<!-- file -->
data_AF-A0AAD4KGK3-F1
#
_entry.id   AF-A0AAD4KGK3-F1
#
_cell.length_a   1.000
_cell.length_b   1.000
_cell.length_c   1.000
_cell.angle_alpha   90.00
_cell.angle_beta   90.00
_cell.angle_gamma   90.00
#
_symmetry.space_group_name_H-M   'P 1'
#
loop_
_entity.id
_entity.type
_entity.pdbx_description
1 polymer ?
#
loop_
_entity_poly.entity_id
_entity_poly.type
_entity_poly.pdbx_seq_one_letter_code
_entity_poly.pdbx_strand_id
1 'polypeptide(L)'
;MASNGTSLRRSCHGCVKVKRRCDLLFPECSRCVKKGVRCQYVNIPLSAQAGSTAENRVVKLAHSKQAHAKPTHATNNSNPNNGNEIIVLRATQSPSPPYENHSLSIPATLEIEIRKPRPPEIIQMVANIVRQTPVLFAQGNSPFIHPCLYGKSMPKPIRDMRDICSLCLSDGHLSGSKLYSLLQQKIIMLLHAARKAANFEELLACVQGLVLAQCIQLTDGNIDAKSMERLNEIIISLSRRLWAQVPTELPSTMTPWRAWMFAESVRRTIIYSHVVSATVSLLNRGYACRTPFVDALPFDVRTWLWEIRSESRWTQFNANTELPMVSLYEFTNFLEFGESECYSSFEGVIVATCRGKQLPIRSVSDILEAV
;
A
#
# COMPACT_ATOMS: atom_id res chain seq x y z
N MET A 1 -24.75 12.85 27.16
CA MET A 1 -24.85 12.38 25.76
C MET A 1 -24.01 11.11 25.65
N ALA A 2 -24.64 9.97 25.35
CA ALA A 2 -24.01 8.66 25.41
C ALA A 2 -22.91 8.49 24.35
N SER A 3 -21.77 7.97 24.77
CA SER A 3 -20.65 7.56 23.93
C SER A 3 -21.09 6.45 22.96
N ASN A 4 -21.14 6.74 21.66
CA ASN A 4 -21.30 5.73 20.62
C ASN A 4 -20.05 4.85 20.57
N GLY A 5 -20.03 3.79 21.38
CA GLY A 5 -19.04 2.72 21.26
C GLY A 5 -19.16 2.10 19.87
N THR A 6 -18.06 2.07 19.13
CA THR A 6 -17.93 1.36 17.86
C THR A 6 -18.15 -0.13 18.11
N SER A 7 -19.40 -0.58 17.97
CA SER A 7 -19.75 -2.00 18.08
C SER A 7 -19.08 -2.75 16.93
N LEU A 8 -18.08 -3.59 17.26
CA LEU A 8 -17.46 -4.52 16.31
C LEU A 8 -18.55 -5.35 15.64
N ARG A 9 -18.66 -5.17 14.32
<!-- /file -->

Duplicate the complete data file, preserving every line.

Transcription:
data_AF-A0AAD4KGK3-F1
#
_entry.id   AF-A0AAD4KGK3-F1
#
_cell.length_a   1.000
_cell.length_b   1.000
_cell.length_c   1.000
_cell.angle_alpha   90.00
_cell.angle_beta   90.00
_cell.angle_gamma   90.00
#
_symmetry.space_group_name_H-M   'P 1'
#
loop_
_entity.id
_entity.type
_entity.pdbx_description
1 polymer ?
#
loop_
_entity_poly.entity_id
_entity_poly.type
_entity_poly.pdbx_seq_one_letter_code
_entity_poly.pdbx_strand_id
1 'polypeptide(L)'
;MASNGTSLRRSCHGCVKVKRRCDLLFPECSRCVKKGVRCQYVNIPLSAQAGSTAENRVVKLAHSKQAHAKPTHATNNSNPNNGNEIIVLRATQSPSPPYENHSLSIPATLEIEIRKPRPPEIIQMVANIVRQTPVLFAQGNSPFIHPCLYGKSMPKPIRDMRDICSLCLSDGHLSGSKLYSLLQQKIIMLLHAARKAANFEELLACVQGLVLAQCIQLTDGNIDAKSMERLNEIIISLSRRLWAQVPTELPSTMTPWRAWMFAESVRRTIIYSHVVSATVSLLNRGYACRTPFVDALPFDVRTWLWEIRSESRWTQFNANTELPMVSLYEFTNFLEFGESECYSSFEGVIVATCRGKQLPIRSVSDILEAV
;
A
#
# COMPACT_ATOMS: atom_id res chain seq x y z
N MET A 1 -24.75 12.85 27.16
CA MET A 1 -24.85 12.38 25.76
C MET A 1 -24.01 11.11 25.65
N ALA A 2 -24.64 9.97 25.35
CA ALA A 2 -24.01 8.66 25.41
C ALA A 2 -22.91 8.49 24.35
N SER A 3 -21.77 7.97 24.77
CA SER A 3 -20.65 7.56 23.93
C SER A 3 -21.09 6.45 22.96
N ASN A 4 -21.14 6.74 21.66
CA ASN A 4 -21.30 5.73 20.62
C ASN A 4 -20.05 4.85 20.57
N GLY A 5 -20.03 3.79 21.38
CA GLY A 5 -19.04 2.72 21.26
C GLY A 5 -19.16 2.10 19.87
N THR A 6 -18.06 2.07 19.13
CA THR A 6 -17.93 1.36 17.86
C THR A 6 -18.15 -0.13 18.11
N SER A 7 -19.40 -0.58 17.97
CA SER A 7 -19.75 -2.00 18.08
C SER A 7 -19.08 -2.75 16.93
N LEU A 8 -18.08 -3.59 17.26
CA LEU A 8 -17.46 -4.52 16.31
C LEU A 8 -18.55 -5.35 15.64
N ARG A 9 -18.66 -5.17 14.32